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TV Show Dickenson Hailee Steinfeld
TV Show Dickenson Hailee Steinfeld

Pop CultureNovember 6, 2019

Review: Dickinson finds a lively teenage soul in a long dead poet

TV Show Dickenson Hailee Steinfeld
TV Show Dickenson Hailee Steinfeld

Tara Ward reviews one of AppleTV’s flagship shows, Dickinson, a dishy romp through the teenage years of Emily Dickinson.

“This is such bullshit,” a young Emily Dickinson says in the opening scenes of Dickinson. It’s four in the morning sometime in the mid 1800s, and Emily’s precious writing time has been rudely interrupted by an order to collect water for her family. Emily’s brother can’t do it, because he’s a boy. Emily (played by Hailee Steinfeld, who also exec-produces) calls bullshit on that, and ta-dah, we meet the central theme of Dickinson: being a girl in the 1800s sucks.

The bullshit moment is the first sign that Apple+’s new show is not your typical period drama. If you’re looking for something to replace Downton or Poldark, Dickinson is probably not the show for you. Inspired by the life of American poet Emily Dickinson, Dickinson has the beautiful costumes and settings of your usual historical piece, but comes with a fresh, creative twist. The show pulses with modern language (“nailed it,” Emily says after she finishes a poem) and a contemporary soundtrack that includes Billie Eilish and A$AP Rocky.

Wigs, wigs, wigs everywhere.

This modern take makes Dickinson feel accessible, in that Emily could be a moody teenager from 2019 with a penchant for lace collars, rather than a distant figure who lived two centuries ago and never left the house. Emily smokes, does drugs, and has a hot affair with her brother’s fiance. She’s also obsessed with death, and dreams about wearing a scandalously red frock and taking a ride behind Death’s CGI horses.

“You’ll be the only Dickinson they talk about in 200 years,” Death (Wiz Khalifa) reassures her, and here we are, watching Emily Dickinson dance to Lizzo’s ‘Boys’ as she dresses up in men’s clothes and smokes a pipe with her girlfriend. Boys, they make the girls go crazy, and not in a good way.

As Lizzo/Dickinson says, boys, they make a girl go crazy.

The trouble with the first couple of episodes of Dickinson is that doesn’t know if it wants to be a serious drama about the feminist struggles of a 19th century writer, or a dark comedy about the universal woes of an unfulfilled teenager. It’s also tricky to know who Dickinson is for – teens looking for a smart, sarcastic heroine, or historical drama fans who’ve come for a multi-layered, visual treat. Unsure where it wants to go, Dickinson goes absolutely everywhere, and initally suffers for it.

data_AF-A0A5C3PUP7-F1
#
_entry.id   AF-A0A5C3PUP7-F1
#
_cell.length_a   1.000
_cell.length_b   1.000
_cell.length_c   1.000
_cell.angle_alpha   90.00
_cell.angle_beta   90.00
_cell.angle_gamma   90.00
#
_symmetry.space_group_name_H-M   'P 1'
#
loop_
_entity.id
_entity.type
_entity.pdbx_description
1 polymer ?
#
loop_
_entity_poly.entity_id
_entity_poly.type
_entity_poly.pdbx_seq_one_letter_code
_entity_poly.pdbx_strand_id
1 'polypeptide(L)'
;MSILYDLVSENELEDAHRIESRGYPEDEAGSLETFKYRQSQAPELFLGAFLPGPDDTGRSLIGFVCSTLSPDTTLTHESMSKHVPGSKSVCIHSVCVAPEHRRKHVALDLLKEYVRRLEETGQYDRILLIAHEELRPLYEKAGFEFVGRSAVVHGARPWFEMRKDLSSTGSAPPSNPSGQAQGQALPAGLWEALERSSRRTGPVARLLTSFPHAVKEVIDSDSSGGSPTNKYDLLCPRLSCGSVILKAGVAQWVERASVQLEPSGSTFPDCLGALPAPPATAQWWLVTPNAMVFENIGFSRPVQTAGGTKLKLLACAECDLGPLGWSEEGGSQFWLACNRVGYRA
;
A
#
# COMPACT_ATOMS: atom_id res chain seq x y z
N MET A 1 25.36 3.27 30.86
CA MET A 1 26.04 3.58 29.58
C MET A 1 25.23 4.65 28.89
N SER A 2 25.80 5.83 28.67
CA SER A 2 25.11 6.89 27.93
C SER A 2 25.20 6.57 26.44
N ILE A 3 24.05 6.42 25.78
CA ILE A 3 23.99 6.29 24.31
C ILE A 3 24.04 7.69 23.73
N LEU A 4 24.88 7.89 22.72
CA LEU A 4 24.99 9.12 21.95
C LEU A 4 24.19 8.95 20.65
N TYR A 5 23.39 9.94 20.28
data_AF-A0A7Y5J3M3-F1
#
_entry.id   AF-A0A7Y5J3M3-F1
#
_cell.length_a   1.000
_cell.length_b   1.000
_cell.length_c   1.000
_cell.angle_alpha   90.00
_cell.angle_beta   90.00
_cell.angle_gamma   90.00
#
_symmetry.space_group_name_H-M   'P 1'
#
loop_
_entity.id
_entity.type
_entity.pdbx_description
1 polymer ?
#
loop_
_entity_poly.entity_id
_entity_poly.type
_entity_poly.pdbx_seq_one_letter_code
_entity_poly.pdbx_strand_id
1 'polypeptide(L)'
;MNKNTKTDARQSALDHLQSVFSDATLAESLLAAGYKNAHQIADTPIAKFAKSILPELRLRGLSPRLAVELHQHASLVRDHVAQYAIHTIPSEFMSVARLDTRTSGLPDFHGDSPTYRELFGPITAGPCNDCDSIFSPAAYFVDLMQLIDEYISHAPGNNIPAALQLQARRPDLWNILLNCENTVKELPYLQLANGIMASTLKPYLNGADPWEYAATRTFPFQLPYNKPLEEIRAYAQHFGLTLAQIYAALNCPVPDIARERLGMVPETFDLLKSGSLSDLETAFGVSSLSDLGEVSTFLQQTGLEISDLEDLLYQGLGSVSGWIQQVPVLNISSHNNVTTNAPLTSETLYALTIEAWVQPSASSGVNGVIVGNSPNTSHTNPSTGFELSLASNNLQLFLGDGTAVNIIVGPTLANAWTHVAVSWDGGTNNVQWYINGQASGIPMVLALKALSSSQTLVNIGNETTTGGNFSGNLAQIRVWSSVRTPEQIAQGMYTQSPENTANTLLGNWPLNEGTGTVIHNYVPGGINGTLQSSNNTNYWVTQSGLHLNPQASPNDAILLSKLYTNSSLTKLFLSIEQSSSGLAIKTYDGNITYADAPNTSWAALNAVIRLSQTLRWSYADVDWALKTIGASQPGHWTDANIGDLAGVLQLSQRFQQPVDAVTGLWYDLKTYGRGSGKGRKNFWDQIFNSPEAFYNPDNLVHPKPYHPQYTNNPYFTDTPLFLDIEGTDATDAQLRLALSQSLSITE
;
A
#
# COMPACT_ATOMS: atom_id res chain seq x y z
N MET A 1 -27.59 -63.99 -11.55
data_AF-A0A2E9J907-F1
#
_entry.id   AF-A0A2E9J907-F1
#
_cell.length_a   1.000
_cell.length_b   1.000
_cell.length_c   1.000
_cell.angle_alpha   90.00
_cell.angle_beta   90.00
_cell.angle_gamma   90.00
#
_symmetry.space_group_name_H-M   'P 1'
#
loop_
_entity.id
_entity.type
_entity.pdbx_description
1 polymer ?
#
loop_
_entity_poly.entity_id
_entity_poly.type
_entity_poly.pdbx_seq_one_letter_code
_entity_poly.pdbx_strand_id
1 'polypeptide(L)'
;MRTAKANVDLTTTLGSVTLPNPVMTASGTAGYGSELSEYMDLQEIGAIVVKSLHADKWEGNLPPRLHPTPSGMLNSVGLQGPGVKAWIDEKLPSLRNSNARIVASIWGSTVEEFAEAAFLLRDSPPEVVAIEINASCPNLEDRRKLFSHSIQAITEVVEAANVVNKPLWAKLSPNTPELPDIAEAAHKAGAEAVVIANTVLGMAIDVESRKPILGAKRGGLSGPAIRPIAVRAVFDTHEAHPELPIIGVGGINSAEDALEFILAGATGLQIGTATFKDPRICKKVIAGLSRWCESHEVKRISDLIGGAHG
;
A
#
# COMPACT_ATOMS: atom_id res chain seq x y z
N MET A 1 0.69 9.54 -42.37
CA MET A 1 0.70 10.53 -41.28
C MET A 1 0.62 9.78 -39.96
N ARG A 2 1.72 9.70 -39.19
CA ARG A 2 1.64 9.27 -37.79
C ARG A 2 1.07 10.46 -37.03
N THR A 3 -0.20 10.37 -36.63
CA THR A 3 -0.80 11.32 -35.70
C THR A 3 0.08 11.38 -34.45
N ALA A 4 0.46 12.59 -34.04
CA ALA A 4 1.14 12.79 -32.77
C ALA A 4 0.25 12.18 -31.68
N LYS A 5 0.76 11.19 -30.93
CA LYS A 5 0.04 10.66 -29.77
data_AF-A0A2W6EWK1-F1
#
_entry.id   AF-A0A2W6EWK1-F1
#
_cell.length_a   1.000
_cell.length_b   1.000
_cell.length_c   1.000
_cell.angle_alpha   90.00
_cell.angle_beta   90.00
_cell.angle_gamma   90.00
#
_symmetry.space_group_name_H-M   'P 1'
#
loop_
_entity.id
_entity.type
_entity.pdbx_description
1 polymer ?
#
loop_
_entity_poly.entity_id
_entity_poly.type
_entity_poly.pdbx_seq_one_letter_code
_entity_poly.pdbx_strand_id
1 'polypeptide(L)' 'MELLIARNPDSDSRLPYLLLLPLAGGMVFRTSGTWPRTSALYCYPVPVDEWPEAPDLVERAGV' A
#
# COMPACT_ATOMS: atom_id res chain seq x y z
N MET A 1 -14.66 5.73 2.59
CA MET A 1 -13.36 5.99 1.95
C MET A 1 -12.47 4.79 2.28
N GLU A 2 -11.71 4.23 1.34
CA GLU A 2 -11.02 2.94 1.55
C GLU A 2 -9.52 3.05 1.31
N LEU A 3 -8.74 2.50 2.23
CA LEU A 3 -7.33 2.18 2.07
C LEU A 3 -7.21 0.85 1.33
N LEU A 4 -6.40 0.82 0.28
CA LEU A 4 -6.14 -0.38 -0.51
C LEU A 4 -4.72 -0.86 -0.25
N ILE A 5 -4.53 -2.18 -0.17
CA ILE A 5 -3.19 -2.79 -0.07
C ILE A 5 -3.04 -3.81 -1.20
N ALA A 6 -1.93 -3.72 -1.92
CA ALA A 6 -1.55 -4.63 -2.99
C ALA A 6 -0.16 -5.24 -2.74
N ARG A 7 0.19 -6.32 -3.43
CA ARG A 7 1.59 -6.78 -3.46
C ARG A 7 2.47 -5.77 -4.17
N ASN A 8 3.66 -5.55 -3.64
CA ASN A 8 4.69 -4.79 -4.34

It would be easy to give up after episode one, which is full of cliches and heavy on dialogue. Emily’s world looks gorgeous, but she comes across as a petulant teenager who rages in nearly every scene, and the storytelling lacks subtlety. We know Emily’s talented, because we’re repeatedly told so. She’s a genius! She’s a brilliant writer! She’s absolutely fearless! That’s what all the men tell us, ironically, so it must be true.

She’s brilliant, she’s beautiful, she’s a genius, she’s Emily Dickinson.

But by the second episode, Dickinson begins to find its feet and by the third, the show hits the mark as a clever coming-of-age comedy. In ‘Wild Nights’, the Dickinson siblings hold a house party where they take opium and twerk in corseted gowns, and it’s a genuinely funny, delightful piece of televison. Dickinson works best when it abandons its preconceptions of what Emily Dickinson should be, and leans into imagining what Emily Dickinson could have been. It’s sweet reward after the first two episodes, and shows great promise for the rest of the series.

When Dickinson hits its straps, it’s a lively watch that mixes sharp social commentary with teenage sensibilities. “I have one purpose on this earth, and that is to be a great writer,” Emily says, but how can she write if she’s stuck doing endless chores? How can she be with the woman she loves, if society forces women to marry for economic survival? Why won’t Mr Dickinson hire a maid so Emily has time to pash her girlfriend in the apple orchard during a torrential downpour?

Hailee Steinfeld stars as Emily Dickinson and also produces the series.

Emily is surrounded by women who are arguably more trapped than she is, and this is one thread Dickinson could pull a little more. The maid’s arrival means Emily’s mother (Jane Krawkoski), who has dedicated her life to making her husband happy, is suddenly displaced, and Emily doesn’t realise her new freedom is gained through another woman’s domestic servitude. There’s also Sue (Ella Hunt), Emily’s best friend and lover, who becomes engaged to Emily’s brother after her entire family dies. At least Emily has the security of a home and money, and even a room of one’s own. Sue must marry a man who’s willing to pay her debts, or she will be destitute.

“Maybe they’re scared that if they teach us how the world works, we’ll figure out how to take over,” Emily tells Sue, as they discuss the men who won’t let them do all the things. Dickinson is about a woman trying to work out who she really is, in a world determined to limit her potential. Emily is flawed but full of life, she’s discovering her own sexuality, and she’s goofy and spontaneous. I’m all for heroines who stuff orange peels in their gobs and make silly faces, and this Emily Dickinson delivers like a grumpy poet bringing two buckets of water from the village well.

You can watch Dickinson on AppleTV, which is available on more or less any streaming device.

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